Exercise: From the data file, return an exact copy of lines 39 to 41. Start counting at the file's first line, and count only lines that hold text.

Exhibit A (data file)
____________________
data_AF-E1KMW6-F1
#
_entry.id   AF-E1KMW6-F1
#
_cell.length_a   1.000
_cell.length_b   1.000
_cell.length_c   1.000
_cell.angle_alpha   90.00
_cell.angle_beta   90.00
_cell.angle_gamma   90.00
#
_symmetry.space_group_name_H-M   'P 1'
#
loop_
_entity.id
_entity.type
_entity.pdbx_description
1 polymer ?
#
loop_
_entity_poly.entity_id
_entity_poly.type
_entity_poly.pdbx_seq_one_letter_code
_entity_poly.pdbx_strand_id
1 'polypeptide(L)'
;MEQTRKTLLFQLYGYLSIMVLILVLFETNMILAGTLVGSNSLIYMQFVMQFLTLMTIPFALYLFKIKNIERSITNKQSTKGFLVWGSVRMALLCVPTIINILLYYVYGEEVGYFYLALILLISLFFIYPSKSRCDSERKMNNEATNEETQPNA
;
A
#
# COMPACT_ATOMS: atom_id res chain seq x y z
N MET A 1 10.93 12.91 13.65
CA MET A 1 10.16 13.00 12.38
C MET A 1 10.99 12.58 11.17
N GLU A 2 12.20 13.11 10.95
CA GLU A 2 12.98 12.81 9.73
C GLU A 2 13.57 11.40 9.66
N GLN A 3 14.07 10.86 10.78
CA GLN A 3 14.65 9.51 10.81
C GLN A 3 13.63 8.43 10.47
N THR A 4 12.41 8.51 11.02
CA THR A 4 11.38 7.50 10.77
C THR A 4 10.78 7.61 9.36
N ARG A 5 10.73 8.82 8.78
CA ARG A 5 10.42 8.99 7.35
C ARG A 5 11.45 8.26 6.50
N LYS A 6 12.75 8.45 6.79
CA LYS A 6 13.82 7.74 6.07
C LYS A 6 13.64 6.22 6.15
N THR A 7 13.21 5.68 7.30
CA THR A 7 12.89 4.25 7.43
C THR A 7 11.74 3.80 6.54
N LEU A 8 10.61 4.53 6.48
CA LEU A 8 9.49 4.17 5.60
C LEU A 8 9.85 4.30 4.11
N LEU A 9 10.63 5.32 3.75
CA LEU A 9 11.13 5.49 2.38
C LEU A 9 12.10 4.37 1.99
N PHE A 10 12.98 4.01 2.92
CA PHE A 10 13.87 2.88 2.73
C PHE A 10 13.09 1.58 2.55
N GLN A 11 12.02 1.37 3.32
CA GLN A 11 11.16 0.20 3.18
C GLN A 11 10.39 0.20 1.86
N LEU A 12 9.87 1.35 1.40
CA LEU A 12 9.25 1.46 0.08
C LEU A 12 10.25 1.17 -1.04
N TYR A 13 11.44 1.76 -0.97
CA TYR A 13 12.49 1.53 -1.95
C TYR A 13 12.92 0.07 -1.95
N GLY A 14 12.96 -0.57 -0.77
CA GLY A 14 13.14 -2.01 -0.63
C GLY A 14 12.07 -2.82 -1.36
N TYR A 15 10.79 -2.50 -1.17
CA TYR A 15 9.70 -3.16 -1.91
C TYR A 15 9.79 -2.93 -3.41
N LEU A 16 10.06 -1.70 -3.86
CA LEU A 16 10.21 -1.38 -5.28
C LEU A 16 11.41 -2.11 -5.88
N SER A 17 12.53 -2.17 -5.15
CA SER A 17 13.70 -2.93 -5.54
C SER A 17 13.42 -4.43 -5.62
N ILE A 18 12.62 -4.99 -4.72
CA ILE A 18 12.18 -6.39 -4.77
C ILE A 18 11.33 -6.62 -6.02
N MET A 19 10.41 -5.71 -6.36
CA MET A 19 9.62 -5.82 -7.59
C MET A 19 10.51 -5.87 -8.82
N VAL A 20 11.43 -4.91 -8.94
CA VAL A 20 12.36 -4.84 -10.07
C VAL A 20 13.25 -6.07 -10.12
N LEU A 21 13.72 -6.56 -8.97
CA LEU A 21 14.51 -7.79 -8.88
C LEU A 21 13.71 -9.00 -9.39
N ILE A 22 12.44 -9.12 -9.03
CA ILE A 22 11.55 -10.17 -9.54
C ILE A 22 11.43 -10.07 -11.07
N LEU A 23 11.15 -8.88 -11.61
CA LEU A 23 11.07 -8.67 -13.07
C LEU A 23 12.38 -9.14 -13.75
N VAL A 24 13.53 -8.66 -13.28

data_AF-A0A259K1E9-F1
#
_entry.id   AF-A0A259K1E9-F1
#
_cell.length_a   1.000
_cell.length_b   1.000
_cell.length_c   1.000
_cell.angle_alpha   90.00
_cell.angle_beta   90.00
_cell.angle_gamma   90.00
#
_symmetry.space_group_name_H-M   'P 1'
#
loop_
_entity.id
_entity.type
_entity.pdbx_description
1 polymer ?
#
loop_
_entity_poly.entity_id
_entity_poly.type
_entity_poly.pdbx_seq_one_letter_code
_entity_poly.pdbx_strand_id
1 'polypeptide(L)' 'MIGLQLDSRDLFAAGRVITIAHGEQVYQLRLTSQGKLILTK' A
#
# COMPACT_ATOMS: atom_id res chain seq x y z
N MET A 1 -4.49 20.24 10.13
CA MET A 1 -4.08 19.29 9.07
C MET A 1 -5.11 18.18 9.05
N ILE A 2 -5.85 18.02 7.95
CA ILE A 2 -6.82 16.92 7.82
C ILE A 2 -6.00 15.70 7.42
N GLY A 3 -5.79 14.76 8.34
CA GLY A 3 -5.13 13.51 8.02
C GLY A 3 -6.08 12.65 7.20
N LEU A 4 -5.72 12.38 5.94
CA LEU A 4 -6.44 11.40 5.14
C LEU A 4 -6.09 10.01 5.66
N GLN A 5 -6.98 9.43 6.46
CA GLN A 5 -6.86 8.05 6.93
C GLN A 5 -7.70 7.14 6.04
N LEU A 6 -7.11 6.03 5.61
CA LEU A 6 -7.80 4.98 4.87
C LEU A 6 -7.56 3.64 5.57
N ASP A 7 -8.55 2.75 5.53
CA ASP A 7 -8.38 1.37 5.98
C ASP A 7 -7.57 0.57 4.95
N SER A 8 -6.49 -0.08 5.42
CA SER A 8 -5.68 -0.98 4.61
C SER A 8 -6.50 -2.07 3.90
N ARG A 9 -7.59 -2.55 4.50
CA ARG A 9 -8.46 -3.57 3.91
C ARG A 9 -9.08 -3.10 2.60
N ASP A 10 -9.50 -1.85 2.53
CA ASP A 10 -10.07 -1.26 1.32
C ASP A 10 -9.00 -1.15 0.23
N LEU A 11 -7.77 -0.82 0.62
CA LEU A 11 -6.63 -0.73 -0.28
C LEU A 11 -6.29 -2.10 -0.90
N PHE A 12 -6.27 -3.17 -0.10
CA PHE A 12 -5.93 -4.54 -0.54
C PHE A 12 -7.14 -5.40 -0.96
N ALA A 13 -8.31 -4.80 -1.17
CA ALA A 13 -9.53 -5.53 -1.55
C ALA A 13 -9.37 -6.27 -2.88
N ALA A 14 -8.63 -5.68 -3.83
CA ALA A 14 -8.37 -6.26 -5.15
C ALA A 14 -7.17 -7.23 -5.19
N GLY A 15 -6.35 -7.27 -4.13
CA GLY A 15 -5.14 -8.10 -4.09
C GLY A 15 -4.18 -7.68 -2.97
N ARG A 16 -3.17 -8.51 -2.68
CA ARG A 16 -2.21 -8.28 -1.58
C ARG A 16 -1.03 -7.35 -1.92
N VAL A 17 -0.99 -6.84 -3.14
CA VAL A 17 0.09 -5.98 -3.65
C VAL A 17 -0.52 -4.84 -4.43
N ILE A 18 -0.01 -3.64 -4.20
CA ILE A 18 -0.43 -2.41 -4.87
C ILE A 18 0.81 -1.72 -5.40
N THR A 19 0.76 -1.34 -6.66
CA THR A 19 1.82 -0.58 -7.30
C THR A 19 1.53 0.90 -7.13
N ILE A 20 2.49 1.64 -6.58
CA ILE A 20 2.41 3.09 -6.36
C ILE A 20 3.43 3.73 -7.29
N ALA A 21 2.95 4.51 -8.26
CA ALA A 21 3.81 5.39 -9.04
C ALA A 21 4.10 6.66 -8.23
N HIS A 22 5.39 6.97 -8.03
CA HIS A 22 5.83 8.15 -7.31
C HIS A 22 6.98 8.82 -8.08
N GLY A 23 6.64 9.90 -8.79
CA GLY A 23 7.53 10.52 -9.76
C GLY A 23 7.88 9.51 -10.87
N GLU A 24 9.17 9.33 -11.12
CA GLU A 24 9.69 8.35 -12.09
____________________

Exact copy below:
C GLN A 3 13.63 8.43 10.47
N THR A 4 12.41 8.51 11.02
CA THR A 4 11.38 7.50 10.77